The Authoritarian Playbook: 2025
A chilling new report from Protect Democracy
Of course. Trump Moves to Quash Hopes of Ukraine, Border Deal - Bloomberg
Sounds like a threat. Trump warns Supreme Court of ‘chaos and bedlam’ in ballot removal case - The Independent
So thirsty. Trump eyes Rep. Elise Stefanik as a potential VP pick: 'She's a killer' — NBC
Death march continues. Shake-Up by a Desperate DeSantis Opens Wider Path for Haley in New Hampshire - The New York Times
Heartbreaking and enraging. DOJ report on Uvalde shooting calls police response a ‘significant failure’ - The Washington Post
Scandal watch: Judge in Trump Georgia case orders hearing on Fani Willis misconduct claims - Reuters
Cue the chaos: Congress Averts Government Shutdown as Conservatives Steam Over Border, Spending - WSJ/ Plus: Alarm Bells for Johnson - Punchbowl News
Knives out. Steve Bannon Calls For Speaker Johnson's Ouster Over CR - Mediaite
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What an authoritarian president could do
It’s that important.
“The Authoritarian Playbook for 2025” warns that:
“As damaging as Trump’s first term was to American systems of constitutional government, culminating in his efforts to overturn an election and violently halt the counting of electoral votes by Congress, what he has promised in his own words to do if returned to office would be even more destructive to our Republic.”
Trump has already told us repeatedly what he plans to do, the authors write, but this time, he has the backing of “groups working to support those promises in preparation for a second Trump term.”
The playbook includes:
Pardons to License Lawbreaking: During Trump’s first term, he discovered that he could leverage the pardon power to induce witnesses against him into silence. In a second term, he has indicated he would further abuse pardons to incite political violence, incentivize lawbreaking for his benefit, and render himself above the law.
Directing Investigations Against Critics and Rivals: Retribution is the dominant theme of Trump’s 2024 campaign, and his allies are making plans to eliminate the Department of Justice’s traditional prosecutorial independence to give Trump greater personal control to direct law enforcement against his perceived opponents and insulate himself from accountability.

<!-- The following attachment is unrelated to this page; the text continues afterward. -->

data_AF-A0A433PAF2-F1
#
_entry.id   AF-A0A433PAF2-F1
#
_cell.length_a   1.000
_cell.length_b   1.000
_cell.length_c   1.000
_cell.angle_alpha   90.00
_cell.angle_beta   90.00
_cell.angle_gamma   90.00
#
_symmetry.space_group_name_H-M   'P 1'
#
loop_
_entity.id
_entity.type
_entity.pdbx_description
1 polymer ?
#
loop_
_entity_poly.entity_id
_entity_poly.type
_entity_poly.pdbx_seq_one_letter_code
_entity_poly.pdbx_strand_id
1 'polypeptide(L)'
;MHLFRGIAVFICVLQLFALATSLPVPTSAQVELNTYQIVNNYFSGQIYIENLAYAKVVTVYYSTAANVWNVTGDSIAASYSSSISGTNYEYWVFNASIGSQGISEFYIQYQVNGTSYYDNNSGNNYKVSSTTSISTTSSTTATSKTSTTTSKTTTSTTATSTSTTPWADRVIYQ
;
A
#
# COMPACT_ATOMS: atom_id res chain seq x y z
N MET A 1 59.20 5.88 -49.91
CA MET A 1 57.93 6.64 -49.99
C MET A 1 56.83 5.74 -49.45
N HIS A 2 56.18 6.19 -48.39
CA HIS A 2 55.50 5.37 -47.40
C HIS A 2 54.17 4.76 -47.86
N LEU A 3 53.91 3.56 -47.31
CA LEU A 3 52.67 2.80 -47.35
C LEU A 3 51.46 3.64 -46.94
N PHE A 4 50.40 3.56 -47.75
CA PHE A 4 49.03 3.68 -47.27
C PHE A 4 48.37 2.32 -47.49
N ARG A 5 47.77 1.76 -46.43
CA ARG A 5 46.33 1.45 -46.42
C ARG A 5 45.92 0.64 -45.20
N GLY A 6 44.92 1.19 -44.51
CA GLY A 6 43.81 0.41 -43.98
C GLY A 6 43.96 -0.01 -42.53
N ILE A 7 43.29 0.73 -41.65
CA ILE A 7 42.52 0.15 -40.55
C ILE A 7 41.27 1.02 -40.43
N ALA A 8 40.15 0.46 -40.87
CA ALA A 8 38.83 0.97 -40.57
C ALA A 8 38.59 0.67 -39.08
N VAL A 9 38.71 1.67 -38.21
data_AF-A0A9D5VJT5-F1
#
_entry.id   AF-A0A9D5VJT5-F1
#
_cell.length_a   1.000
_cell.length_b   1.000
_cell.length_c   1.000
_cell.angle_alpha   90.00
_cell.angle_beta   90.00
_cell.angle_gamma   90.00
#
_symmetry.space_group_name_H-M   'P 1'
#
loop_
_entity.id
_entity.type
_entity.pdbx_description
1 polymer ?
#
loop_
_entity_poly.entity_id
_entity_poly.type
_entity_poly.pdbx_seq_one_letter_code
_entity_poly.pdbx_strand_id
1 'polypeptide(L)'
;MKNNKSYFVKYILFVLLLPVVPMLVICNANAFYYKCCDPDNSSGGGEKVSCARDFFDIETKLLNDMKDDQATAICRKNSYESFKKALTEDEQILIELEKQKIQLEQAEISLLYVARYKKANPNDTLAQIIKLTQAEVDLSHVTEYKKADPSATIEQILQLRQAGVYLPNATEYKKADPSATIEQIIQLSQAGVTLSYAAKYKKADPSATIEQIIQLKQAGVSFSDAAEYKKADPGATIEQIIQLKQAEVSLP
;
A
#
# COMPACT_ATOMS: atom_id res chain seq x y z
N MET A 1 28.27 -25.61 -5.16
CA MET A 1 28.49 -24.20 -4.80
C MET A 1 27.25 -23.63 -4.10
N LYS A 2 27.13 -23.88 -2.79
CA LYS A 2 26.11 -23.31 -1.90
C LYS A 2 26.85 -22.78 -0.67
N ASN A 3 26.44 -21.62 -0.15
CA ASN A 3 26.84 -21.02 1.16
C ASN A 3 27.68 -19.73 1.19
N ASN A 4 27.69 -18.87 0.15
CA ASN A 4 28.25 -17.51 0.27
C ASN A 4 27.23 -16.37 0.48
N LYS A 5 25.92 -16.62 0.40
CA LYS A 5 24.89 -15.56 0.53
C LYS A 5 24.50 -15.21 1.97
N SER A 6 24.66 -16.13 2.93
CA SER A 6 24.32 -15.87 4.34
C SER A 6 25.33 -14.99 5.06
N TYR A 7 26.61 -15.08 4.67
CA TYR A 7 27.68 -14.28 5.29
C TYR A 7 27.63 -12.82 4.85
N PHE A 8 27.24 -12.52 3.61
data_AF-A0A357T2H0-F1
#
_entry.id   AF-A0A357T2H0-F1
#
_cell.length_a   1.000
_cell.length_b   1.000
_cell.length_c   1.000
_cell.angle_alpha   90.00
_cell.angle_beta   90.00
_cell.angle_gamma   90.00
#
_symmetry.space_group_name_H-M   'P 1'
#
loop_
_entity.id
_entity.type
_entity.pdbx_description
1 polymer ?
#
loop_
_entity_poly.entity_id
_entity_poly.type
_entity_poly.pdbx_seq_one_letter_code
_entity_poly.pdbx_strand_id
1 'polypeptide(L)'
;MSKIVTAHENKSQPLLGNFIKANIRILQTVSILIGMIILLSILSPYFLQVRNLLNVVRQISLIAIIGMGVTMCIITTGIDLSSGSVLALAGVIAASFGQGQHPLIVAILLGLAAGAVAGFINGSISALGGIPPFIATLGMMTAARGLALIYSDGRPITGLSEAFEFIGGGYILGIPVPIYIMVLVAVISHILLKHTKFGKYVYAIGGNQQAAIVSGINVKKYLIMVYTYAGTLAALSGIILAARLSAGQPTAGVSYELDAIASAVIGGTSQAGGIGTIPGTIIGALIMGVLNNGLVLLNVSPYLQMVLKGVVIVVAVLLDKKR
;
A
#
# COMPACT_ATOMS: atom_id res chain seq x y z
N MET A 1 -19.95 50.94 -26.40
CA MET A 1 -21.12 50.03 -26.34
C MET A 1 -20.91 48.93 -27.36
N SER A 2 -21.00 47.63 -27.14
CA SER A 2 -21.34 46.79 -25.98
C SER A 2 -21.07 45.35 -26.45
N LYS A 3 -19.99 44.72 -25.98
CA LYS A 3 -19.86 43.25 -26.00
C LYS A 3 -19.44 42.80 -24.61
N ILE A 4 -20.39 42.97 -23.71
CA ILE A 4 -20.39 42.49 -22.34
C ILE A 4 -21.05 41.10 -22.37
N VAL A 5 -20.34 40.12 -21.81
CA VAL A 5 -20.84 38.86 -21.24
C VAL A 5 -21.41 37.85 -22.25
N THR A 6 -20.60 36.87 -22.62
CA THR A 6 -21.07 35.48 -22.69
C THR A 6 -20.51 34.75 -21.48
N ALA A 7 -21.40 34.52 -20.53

Regulatory Retaliation: In addition to steering prosecutorial discretion via the Department of Justice, Trump has vowed to consolidate and wield federal regulatory power to reward political loyalty and punish his critics, particularly those associated with the media. There are numerous reports of this regulatory retaliation happening during Trump’s first term, and plans for a second include ways of removing those obstacles that limited opportunities for more.
Federal Law Enforcement Overreach: Trump’s declaration that immigration is “poisoning the blood of our country” is a grim foreshadowing of how he will invoke the Alien Enemies Act, a wartime provision dating back to 1798. Once Trump has that power, he has also expressed his will to expand the footprint of federal law enforcement to police cities and shut down lawful protests.
Domestic Deployment of the Military: A central hallmark of American democracy is that the U.S. military not be used against American citizens. But Trump plans to abuse the Insurrection Act to order military force to quash dissent and target vulnerable communities.